(This is my last entry in a series of reflections on the Midwest Social Forum Teach-In, which took place March 27-30 in Camp Lake, Wisconsin)
“When I dare to be powerful—to use my strength in the service of my vision, then it becomes less and less important whether or not I am afraid.” -Audre Lorde
I spend a lot of time being afraid. I am afraid I am not going to be able to pay my bills. I am afraid that I am not going to figure out what it is that I was put on this planet to do. I am afraid that my faults outweigh my worth. I am afraid that the abuse that I survived has damaged me beyond repair. I am afraid that the hurt I have done while lashing out from my own pain is unredeemable. I am afraid of my own power and strength because I am afraid that I am not worthy of that either.
It is moments like those that took place this weekend at the Midwest Social Forum Teach In, where the opportunity to live the famous Audre Lorde quotation is possible. It doesn't matter if I am afraid, if, in spite of my fear, I dare to hold my power in my hands and use it towards the end of justice and liberation. During the entire event this weekend, fear based thoughts were front and center in my mind. Am I prepared enough? Has my work thus far legitimated me standing in front of this room? Are the people in this room getting what they need out of this? Am I making sense? Do I sound stupid? All of these thoughts, consciously went through my mind at one time or another, which means that at all times they were running in an unending powerful undercurrent on repeat in my subconscious. But, ultimately, none of that mattered because I continued to show up.
As I have spoken to folks that were at the event and those that were not at the event, I have come to an understanding of what being a part of the teach in meant to me. For me the benefit did not come from sitting in a workshop. The richness of the experience came from being able to learn as I taught, and to confront the fear of my own inadequacy by being forced to acknowledge my own failures and successes in the context of personal, political, and collective growth towards a vision of justice where inadequate is a term never applied to a living being. It was about looking at the work I have done since my first environmental justice campaign 20 years ago, as a ten year old in the fifth grade at Longfellow School of the Arts, where five children learned about the damage caused to the ozone layer by styro-foam and decided to launch a campaign in South Minneapolis against McDonald's use of styro-foam hamburger containers. It was about acknowledging that this year, as I turn 31, I also celebrate 16 years of continuous organizing and justice work, starting as a youth organizer and now as an organizer around blowing apart our idea of democracy and working for true democratic practice in this country...and...to use another of Audre Lorde's concepts...create new tools that the master has never touched and has no power to resist.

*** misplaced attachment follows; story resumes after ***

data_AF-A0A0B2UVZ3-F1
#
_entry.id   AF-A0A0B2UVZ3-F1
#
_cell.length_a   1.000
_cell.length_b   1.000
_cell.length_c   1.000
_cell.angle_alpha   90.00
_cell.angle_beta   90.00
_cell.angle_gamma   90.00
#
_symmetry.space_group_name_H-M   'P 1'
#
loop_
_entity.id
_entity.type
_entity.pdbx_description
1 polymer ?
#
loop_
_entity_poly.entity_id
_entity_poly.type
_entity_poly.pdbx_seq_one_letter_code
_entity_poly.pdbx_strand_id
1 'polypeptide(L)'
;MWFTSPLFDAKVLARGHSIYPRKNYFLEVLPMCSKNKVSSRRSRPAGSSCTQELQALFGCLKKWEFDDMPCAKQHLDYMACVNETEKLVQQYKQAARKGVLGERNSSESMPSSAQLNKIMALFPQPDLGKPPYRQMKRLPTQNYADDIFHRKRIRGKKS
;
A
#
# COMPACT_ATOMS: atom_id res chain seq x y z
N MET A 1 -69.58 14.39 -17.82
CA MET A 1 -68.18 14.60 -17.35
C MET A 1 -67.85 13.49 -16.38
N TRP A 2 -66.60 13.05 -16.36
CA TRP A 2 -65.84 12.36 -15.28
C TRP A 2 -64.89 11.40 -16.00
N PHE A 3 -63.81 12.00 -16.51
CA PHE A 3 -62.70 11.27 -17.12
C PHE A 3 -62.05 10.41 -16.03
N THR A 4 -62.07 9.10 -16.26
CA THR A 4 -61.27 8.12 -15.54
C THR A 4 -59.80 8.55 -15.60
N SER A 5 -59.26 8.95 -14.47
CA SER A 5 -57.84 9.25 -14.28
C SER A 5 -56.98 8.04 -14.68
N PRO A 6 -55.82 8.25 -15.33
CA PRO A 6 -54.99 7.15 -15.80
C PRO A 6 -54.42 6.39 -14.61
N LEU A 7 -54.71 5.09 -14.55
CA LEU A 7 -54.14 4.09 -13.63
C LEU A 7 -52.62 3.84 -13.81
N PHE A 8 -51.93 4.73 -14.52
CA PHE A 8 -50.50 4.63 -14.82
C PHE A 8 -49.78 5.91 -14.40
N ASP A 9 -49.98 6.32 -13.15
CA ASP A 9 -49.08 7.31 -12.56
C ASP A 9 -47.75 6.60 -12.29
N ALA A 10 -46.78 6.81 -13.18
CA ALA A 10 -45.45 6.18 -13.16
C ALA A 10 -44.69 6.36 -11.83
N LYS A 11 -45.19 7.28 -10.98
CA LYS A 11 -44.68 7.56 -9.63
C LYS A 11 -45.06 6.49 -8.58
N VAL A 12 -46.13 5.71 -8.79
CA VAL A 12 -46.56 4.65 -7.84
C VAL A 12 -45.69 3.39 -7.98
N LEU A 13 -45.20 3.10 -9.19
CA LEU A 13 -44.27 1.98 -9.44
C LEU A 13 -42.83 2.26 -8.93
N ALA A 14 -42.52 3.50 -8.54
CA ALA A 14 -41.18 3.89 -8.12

The work that we do as social just organizers is damaging. We, who are the front lines of various segments of the movement for liberation, are constantly taking psychic, emotional, and physical wounds from foes and allies alike. We hear messages aimed at de-constructing our sense of self worth. We are attacked for our beliefs and ideas. We are physically assaulted for living out loud and being who we were meant to be. And, despite our best efforts, some of these wounds sink deep beneath the surface where they continue to bleed and lock into a cycle of self-inflicted pain. But, when we come together, be it across the dinner table or at a formal gathering, there we have the alchemical ingredients necessary to help each other be powerful and in doing so, in being powerful publicly, moving beyond shame and fear, we are able to bring some of our wounds to the surface and have them lanced in the heat and light of our own spiritual and communal glory.
Audre Lorde passed away five years before I would have been in a place and space where I could have touched her physically. But, spiritually, through her writings and through associations with her friends Mandy Carter, Barbara Smith, Suzanne Pharr, and others, I am able to see and touch and feel the essence of who she was and benefit from the work she did and the gifts she left as she moved on to her next great journey. I look forward, years from now, to meeting her on that great shining road and thanking her for being a guardian angel to those of us for whom she prepared a way to live with our fear and still stretch our arms wide and embrace the power that is our inheritance.